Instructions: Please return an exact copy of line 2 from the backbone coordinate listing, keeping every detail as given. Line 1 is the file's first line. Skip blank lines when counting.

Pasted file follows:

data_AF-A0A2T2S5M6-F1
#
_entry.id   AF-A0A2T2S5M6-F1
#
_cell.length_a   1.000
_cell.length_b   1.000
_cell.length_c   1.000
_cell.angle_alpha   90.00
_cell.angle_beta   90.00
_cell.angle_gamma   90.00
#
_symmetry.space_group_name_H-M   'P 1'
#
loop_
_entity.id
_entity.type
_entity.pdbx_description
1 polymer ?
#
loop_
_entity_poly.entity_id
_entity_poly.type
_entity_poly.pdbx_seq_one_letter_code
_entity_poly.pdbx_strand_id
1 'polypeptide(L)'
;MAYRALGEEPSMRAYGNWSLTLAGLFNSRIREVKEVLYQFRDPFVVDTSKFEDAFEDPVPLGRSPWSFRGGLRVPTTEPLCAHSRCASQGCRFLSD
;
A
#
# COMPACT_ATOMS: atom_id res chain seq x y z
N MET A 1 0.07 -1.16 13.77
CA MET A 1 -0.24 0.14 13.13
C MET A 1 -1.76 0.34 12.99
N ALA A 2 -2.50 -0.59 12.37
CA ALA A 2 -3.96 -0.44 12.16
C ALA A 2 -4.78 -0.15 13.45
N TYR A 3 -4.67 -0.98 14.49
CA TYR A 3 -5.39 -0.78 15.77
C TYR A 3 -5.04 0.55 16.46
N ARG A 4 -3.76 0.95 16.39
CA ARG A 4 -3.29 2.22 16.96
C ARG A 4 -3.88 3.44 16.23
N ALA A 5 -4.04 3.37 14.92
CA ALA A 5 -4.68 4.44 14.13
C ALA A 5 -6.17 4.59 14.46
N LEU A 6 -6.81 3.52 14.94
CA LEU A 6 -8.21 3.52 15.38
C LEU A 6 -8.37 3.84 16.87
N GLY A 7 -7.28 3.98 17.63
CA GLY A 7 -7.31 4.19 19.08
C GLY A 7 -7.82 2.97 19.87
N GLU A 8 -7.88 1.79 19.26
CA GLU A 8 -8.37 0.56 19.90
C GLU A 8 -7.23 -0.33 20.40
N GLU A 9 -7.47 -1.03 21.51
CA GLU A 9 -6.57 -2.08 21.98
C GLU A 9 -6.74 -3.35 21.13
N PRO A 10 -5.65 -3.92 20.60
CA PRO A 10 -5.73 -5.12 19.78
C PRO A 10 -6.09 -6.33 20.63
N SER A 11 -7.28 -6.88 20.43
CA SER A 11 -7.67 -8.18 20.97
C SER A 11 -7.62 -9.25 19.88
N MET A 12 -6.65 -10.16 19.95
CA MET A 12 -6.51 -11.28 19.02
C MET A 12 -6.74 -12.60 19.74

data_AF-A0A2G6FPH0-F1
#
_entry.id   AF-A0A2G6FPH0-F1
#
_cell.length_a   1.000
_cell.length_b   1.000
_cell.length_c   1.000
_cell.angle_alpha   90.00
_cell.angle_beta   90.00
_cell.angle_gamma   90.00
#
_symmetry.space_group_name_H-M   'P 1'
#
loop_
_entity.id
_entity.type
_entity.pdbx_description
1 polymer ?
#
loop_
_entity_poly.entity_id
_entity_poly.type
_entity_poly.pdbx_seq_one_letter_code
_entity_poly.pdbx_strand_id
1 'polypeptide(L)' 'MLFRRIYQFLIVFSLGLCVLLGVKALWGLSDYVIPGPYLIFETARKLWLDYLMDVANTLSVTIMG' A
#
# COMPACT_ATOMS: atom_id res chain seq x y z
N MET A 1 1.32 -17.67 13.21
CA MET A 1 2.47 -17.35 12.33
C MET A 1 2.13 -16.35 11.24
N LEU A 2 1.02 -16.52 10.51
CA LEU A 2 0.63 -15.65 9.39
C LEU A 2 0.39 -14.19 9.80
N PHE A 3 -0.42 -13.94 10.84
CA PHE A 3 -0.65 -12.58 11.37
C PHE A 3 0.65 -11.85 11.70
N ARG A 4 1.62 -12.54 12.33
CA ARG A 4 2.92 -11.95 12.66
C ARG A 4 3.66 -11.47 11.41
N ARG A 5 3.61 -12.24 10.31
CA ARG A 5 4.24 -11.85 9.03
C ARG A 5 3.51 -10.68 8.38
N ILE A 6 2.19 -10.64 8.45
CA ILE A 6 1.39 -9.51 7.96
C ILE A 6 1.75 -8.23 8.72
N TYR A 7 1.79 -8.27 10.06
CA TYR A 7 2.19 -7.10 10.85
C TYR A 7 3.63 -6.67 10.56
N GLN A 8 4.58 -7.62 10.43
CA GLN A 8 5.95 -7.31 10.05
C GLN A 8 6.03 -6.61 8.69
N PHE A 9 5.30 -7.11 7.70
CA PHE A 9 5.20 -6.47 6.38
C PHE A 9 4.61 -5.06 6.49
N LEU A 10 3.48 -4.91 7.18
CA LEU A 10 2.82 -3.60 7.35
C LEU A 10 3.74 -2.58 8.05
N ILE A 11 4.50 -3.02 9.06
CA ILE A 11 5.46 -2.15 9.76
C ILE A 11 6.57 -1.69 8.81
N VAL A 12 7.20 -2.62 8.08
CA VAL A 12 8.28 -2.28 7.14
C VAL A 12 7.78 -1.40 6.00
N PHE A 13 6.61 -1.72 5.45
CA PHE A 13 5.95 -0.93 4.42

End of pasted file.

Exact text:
#